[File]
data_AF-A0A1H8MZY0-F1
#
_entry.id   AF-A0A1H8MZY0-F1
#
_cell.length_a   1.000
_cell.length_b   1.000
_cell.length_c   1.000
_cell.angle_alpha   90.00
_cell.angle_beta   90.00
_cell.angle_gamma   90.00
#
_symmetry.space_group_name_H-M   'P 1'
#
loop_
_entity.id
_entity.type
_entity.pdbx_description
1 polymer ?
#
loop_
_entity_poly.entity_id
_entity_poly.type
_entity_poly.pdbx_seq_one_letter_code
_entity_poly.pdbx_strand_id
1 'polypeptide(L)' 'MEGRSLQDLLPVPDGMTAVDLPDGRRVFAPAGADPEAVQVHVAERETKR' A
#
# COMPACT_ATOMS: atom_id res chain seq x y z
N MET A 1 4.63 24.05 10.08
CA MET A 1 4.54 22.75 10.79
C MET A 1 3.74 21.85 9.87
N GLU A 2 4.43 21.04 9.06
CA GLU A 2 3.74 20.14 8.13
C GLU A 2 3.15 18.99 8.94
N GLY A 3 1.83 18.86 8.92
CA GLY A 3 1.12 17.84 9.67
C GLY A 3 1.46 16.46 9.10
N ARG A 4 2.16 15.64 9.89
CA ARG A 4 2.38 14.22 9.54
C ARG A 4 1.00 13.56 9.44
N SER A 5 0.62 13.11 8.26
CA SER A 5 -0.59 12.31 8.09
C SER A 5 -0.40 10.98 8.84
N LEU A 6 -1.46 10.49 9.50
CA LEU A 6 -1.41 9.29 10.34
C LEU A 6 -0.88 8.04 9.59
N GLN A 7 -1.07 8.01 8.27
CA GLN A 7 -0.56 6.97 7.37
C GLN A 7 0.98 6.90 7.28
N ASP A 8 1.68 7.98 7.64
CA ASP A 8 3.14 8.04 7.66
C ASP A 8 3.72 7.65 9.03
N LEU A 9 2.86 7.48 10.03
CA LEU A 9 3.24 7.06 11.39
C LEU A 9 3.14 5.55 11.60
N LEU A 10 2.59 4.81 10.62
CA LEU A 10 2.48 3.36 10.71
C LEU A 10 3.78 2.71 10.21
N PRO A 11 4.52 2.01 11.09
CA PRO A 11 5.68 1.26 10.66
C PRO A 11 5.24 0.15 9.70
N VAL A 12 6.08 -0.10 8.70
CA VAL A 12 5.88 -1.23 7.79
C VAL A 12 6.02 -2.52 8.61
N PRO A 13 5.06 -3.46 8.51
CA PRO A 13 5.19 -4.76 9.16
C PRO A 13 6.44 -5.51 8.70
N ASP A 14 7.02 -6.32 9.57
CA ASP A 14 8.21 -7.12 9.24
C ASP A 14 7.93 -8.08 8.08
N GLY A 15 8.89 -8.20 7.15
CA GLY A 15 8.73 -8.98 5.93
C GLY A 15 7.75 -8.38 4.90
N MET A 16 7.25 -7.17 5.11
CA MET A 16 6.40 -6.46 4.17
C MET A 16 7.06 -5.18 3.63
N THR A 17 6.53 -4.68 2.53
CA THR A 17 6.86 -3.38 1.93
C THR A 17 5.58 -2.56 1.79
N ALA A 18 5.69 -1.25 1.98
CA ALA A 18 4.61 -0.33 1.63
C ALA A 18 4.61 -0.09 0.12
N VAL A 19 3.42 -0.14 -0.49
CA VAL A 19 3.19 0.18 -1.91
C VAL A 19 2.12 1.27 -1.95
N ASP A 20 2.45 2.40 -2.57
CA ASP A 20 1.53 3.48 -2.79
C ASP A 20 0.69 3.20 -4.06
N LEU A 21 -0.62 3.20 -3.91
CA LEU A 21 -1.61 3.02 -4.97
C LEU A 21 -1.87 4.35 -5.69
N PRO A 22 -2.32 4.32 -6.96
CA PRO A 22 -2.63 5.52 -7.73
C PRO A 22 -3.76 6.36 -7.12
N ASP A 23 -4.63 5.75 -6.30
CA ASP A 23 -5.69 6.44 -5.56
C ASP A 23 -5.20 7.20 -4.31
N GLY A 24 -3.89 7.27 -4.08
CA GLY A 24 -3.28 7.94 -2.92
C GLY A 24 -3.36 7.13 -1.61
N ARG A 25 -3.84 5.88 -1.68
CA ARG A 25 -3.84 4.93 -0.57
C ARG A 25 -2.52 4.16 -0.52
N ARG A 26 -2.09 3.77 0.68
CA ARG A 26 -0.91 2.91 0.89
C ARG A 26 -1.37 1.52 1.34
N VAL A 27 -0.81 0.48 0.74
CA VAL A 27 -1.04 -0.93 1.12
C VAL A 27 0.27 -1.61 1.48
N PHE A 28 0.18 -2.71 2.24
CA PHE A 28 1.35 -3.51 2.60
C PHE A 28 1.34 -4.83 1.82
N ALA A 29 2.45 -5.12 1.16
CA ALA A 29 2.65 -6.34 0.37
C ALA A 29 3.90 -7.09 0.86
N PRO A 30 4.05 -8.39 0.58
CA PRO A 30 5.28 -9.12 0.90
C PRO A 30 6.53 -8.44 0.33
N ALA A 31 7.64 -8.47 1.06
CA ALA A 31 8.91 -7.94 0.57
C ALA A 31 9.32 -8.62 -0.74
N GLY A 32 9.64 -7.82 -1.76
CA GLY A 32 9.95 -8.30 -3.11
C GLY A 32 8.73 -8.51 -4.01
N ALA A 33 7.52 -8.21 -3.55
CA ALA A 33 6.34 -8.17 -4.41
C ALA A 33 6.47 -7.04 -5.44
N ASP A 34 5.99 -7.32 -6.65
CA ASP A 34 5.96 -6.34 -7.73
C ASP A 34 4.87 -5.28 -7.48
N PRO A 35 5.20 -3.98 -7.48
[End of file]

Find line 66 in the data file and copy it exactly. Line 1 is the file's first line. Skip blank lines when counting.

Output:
C PRO A 13 6.44 -5.51 8.70